Playing great in college is one thing. However, playing in the NFL is another. While some football stars have managed to thrive in both, that isn’t always the case. Some players struggled in college but starred in the NFL. As we all know, this is much better than thriving in college before fizzling out in the NFL. For this piece, let’s take a look at 10 NFL players who only did well in college.

Tim Tebow

Tim Tebow was a star for the University of Florida. While playing for the Gators, Tebow led the team to two BCS national championships with the second one naming him the MVP. He is also a Heisman Trophy winner. However, that failed to translate into the NFL. He played for two seasons with the Denver Broncos before making his last appearance in the NFL with the New York Jets.

Tebow has struggled to return to the NFL, the most as a practice player. His three year NFL stay saw Tebow make 47.9% of his passes for 2,422 yards. He also had 17 touchdowns against nine interceptions. While he had some moments in the NFL, those fail in comparison to what Tebow achieved in the college football scene.

Art Schlichter

While playing for Ohio State, Art Schlicter was the top quarterback. In four seasons, Schlicter completed 497 passes out of 951 for 7,547 yards. He also tallied 50 touchdowns against 46 interceptions. As a result, the Indianapolis Colts selected him with the fourth overall pick in the 1982 NFL Draft. But in the NFL, Schlicter didn’t even make his presence felt. To make matters worse, a gambling addiction led to his NFL suspension which eventually escalated into a ban.

Lawrence Phillips

Lawrence Phillips rose to prominence after he rushed for 1,722 yards for the University of Nebraska. This also led him to earn All-Big Eight honors. The St. Louis Rams saw potential in him, drafting Phillips in the 1996 NFL Draft with the sixth overall pick. However, Phillips’ college success never translated into the NFL. In three years, Philips bounced around the league, having stopovers with the Rams, San Francisco 49ers, and the Miami Dolphins. He also only accumulated 1,453 rushing yards, a number that frails in comparison to his production in college.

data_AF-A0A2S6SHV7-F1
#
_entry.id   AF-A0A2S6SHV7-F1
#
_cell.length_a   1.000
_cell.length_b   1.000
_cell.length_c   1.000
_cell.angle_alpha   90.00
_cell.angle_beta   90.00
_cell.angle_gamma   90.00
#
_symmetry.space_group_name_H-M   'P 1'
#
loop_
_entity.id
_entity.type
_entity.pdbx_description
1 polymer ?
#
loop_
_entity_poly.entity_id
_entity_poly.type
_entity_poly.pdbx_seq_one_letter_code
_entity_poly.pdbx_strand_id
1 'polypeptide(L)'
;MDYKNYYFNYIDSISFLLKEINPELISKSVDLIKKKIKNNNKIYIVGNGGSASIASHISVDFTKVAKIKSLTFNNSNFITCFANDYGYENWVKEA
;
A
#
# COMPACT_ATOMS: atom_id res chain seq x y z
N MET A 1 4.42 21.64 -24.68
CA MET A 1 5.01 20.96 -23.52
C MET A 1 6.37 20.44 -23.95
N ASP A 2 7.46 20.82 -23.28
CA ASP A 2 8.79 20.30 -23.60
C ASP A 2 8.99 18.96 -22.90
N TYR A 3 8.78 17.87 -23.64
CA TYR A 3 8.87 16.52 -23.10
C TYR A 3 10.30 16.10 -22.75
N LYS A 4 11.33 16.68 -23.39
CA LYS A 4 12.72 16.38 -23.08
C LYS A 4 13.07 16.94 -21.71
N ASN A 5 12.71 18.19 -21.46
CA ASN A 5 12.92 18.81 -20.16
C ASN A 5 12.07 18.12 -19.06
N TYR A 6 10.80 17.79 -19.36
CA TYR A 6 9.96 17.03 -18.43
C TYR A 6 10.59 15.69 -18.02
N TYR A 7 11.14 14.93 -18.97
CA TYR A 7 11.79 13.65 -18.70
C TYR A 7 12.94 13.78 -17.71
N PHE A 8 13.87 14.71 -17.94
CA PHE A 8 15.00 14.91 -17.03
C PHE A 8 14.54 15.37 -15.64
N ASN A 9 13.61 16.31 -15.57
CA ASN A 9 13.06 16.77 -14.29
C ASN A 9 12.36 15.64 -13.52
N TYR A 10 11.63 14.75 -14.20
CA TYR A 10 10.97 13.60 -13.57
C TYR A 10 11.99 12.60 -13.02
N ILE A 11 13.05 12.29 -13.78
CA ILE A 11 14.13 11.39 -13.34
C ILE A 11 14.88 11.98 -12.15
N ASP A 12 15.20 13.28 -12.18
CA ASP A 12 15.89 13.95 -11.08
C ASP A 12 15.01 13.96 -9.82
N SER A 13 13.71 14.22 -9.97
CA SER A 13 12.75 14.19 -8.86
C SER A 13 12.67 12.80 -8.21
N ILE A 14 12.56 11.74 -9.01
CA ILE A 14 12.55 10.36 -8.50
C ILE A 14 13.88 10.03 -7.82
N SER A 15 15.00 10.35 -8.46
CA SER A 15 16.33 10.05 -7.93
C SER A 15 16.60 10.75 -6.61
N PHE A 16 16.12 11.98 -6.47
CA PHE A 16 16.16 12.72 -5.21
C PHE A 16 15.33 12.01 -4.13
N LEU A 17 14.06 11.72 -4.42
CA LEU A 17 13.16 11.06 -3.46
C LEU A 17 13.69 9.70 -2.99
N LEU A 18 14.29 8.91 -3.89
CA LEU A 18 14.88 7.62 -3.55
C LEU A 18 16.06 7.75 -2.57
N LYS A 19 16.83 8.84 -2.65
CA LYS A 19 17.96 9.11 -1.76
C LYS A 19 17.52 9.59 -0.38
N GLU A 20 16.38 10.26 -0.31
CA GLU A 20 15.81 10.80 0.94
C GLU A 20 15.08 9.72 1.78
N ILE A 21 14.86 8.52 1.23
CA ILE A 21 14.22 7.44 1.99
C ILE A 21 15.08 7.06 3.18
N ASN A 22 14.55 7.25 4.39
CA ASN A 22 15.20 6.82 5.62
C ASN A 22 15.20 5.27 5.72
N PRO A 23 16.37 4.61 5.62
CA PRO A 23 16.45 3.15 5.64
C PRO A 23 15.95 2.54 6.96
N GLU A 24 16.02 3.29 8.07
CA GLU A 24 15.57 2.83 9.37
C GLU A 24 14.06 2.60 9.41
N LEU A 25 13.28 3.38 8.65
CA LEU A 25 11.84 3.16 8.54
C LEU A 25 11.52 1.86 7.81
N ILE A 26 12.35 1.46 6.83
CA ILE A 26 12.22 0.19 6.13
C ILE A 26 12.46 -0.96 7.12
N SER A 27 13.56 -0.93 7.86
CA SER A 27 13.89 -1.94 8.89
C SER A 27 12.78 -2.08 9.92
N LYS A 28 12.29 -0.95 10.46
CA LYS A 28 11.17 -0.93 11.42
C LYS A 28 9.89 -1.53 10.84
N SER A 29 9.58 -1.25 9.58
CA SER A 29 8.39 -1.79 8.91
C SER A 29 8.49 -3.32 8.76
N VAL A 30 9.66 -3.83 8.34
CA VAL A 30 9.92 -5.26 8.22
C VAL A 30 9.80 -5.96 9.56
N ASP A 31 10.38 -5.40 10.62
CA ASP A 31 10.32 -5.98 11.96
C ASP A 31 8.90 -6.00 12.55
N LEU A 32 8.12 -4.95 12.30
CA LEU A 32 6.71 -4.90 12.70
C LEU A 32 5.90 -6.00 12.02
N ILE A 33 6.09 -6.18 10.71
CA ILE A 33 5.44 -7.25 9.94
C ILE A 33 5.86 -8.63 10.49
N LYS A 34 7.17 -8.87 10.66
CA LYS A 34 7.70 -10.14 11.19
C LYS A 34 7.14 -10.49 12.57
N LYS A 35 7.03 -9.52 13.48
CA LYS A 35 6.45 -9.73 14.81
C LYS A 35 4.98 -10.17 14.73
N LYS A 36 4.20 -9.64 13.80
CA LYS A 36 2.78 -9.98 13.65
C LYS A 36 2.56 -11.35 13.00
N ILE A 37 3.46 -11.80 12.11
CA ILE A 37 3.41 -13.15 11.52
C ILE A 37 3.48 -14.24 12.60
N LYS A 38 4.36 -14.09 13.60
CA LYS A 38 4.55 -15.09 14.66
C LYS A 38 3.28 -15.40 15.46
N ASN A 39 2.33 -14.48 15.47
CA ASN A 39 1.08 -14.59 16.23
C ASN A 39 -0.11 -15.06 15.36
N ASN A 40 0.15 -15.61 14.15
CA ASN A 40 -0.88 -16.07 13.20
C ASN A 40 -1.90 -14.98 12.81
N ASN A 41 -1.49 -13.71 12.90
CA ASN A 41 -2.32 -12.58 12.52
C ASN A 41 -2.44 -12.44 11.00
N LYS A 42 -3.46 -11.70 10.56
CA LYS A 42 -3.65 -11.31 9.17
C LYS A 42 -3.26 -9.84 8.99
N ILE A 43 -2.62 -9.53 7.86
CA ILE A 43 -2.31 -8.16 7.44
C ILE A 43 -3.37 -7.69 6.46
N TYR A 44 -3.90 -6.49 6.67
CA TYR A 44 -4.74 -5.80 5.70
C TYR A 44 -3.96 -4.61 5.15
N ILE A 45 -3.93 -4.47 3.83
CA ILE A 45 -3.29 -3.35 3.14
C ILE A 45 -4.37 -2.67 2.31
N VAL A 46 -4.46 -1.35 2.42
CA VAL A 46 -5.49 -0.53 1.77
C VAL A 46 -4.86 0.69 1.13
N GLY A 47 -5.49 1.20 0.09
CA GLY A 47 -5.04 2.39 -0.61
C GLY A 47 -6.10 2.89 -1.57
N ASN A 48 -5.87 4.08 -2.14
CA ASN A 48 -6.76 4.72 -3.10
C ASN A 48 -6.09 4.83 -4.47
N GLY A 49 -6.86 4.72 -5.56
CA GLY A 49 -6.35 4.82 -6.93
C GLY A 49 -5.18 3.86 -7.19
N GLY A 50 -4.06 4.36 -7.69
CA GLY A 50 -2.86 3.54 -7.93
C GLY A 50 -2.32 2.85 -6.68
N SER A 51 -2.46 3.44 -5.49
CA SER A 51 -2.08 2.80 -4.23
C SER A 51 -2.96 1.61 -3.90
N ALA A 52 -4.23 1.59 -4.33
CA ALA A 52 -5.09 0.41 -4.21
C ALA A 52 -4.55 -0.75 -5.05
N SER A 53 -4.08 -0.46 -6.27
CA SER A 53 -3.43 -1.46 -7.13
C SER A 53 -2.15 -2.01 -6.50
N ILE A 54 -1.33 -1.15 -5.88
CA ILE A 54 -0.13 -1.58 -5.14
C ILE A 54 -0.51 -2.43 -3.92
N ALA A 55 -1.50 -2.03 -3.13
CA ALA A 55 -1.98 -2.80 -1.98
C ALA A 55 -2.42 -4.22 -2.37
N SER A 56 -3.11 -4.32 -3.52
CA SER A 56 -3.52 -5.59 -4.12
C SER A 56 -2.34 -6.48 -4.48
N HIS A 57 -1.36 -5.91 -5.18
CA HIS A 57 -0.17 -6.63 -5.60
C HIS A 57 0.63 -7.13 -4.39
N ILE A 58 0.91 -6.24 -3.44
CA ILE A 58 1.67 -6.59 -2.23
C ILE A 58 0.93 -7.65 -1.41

Matt Leinart

Matt Leinart was one of the best quarterbacks in college football history. He is a Heisman Trophy winner and led USC to a national championship before the team was asked to vacate the title. Leinart finished with a completion rate of 64.8 for 10,693 yards. He also had 99 touchdowns against 23 interceptions. Unfortunately, his NFL career was a different story. Leinart struggled in the NFL, never truly finding his footing.

JaMarcus Russell

JaMarcus Russell had a lot of potential heading into the NFL. He showcased a lot of promise during his days with LSU, even helping them win a national championship. In three years, Russell passed 493 out of 797 for 6,625 yards. He also had 52 touchdowns against 21 interceptions. With his potential, the Oakland Raiders selected him as the top overall pick in the 2007 NFL Draft.

However, Russell’s lack of conditioning, which reflected his work ethic, ultimately hurt his NFL career. In fact, his career came to an end after only playing for 31 games. He had a career passer rating of 65.2 for 4,083 yards. Furthermore, Russell also tallied 23 interceptions, compared to only 18 touchdowns. As a result, Russell went down as one of the biggest busts in NFL history.

Archie Griffin

After becoming the only player to win two Heisman Trophy awards, football fans expected that Archie Griffin would be something special when he made the NFL jump. Coming out of Ohio State, the Cincinnati Bengals selected him with the 24th overall pick. But despite a decorated college career, Griffin’s skills never translated into the NFL, with a lot having to do with the issue of being undersized. In seven seasons, Griffin could only accumulate 2,808 rushing yards.

Ryan Leaf

Ryan Leaf had a stellar college stint at Washington State. He was a First Team All-American and Pac-10 Offensive Player of the Year. However, Leaf struggled at the NFL level. In a brief three year career, Leaf bounced from the San Diego Chargers to the Dallas Cowboys. He had a passer rating of 50.0 for 3,666 yards. To make matters worse, Leaf also tallied 36 interceptions while only making 14 touchdowns.

Charles Rogers

After playing for two years with Michigan State, Charles Rogers turned some heads as one of the best wide receivers. In fact, Rogers was the recipient of the Fred Biletnikoff Award. As a result, the Detroit Lions selected him with the second overall pick in the 2003 NFL Draft. Unfortunately, despite being one of college’s best wide receivers, Rogers failed to live up to those expectations. Struggling with injuries and substance abuse, Rogers was limited to only 15 games across three seasons.

Matt Elam

During his senior year at the University of Florida, Matt Elam recorded 76 total tackles. As a result, Elam earned First Team All-American honors and First Team All-SEC honors. With his achievements, Elam was selected in the first round with the 32nd overall pick by the Baltimore Ravens. However, the talented safety was marred with injuries and legal troubles that ultimately ended his three year NFL career. But among his issues it was his involvement in drugs that proved to be his last straw in the NFL.

Johnny Manziel

Winning the Heisman Trophy during your freshman year is an incredible feat. In fact, Johnny Manziel was the first player to do so. But for Manziel, it was also a setup for disappointment. After starring for Texas A&M, Manziel was drafted 22nd overall by the Cleveland Browns. While playing for the Browns, Manziel only lasted for two seasons. He completed only 147 of his 258 passes for 1,675 yards. Furthermore, he tallied seven interceptions with the same amount of touchdowns. Manziel’s disappointing NFL career could partially be attributed to his excessive partying habits and altercations off the field, per